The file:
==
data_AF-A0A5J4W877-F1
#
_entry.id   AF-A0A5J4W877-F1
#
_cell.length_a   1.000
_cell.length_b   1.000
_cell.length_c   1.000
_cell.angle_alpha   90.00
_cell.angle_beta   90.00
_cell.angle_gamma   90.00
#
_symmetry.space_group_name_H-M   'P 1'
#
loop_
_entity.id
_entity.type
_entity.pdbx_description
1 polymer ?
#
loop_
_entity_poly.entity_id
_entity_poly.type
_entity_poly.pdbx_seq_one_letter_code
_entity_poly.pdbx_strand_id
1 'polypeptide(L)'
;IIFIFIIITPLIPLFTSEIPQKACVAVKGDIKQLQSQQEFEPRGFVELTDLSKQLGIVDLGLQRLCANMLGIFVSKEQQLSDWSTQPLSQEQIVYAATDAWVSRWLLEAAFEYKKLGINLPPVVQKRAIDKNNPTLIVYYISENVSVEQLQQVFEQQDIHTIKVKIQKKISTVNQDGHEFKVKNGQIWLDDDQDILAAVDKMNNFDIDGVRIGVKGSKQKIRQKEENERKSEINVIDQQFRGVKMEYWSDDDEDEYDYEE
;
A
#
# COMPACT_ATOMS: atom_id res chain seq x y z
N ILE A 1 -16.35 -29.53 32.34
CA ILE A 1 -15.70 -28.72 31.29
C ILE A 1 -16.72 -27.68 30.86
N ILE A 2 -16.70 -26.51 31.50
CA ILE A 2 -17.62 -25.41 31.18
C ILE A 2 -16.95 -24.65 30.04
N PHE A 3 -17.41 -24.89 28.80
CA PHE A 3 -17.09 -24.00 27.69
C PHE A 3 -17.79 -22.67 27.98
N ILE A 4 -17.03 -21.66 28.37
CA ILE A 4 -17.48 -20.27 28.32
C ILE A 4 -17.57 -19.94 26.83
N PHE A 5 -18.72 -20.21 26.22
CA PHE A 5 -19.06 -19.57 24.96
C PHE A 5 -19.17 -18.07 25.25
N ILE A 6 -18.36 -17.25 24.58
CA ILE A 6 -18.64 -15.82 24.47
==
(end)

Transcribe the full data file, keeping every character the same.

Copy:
data_AF-A0A5J4W877-F1
#
_entry.id   AF-A0A5J4W877-F1
#
_cell.length_a   1.000
_cell.length_b   1.000
_cell.length_c   1.000
_cell.angle_alpha   90.00
_cell.angle_beta   90.00
_cell.angle_gamma   90.00
#
_symmetry.space_group_name_H-M   'P 1'
#
loop_
_entity.id
_entity.type
_entity.pdbx_description
1 polymer ?
#
loop_
_entity_poly.entity_id
_entity_poly.type
_entity_poly.pdbx_seq_one_letter_code
_entity_poly.pdbx_strand_id
1 'polypeptide(L)'
;IIFIFIIITPLIPLFTSEIPQKACVAVKGDIKQLQSQQEFEPRGFVELTDLSKQLGIVDLGLQRLCANMLGIFVSKEQQLSDWSTQPLSQEQIVYAATDAWVSRWLLEAAFEYKKLGINLPPVVQKRAIDKNNPTLIVYYISENVSVEQLQQVFEQQDIHTIKVKIQKKISTVNQDGHEFKVKNGQIWLDDDQDILAAVDKMNNFDIDGVRIGVKGSKQKIRQKEENERKSEINVIDQQFRGVKMEYWSDDDEDEYDYEE
;
A
#
# COMPACT_ATOMS: atom_id res chain seq x y z
N ILE A 1 -16.35 -29.53 32.34
CA ILE A 1 -15.70 -28.72 31.29
C ILE A 1 -16.72 -27.68 30.86
N ILE A 2 -16.70 -26.51 31.50
CA ILE A 2 -17.62 -25.41 31.18
C ILE A 2 -16.95 -24.65 30.04
N PHE A 3 -17.41 -24.89 28.80
CA PHE A 3 -17.09 -24.00 27.69
C PHE A 3 -17.79 -22.67 27.98
N ILE A 4 -17.03 -21.66 28.37
CA ILE A 4 -17.48 -20.27 28.32
C ILE A 4 -17.57 -19.94 26.83
N PHE A 5 -18.72 -20.21 26.22
CA PHE A 5 -19.06 -19.57 24.96
C PHE A 5 -19.17 -18.07 25.25
N ILE A 6 -18.36 -17.25 24.58
CA ILE A 6 -18.64 -15.82 24.47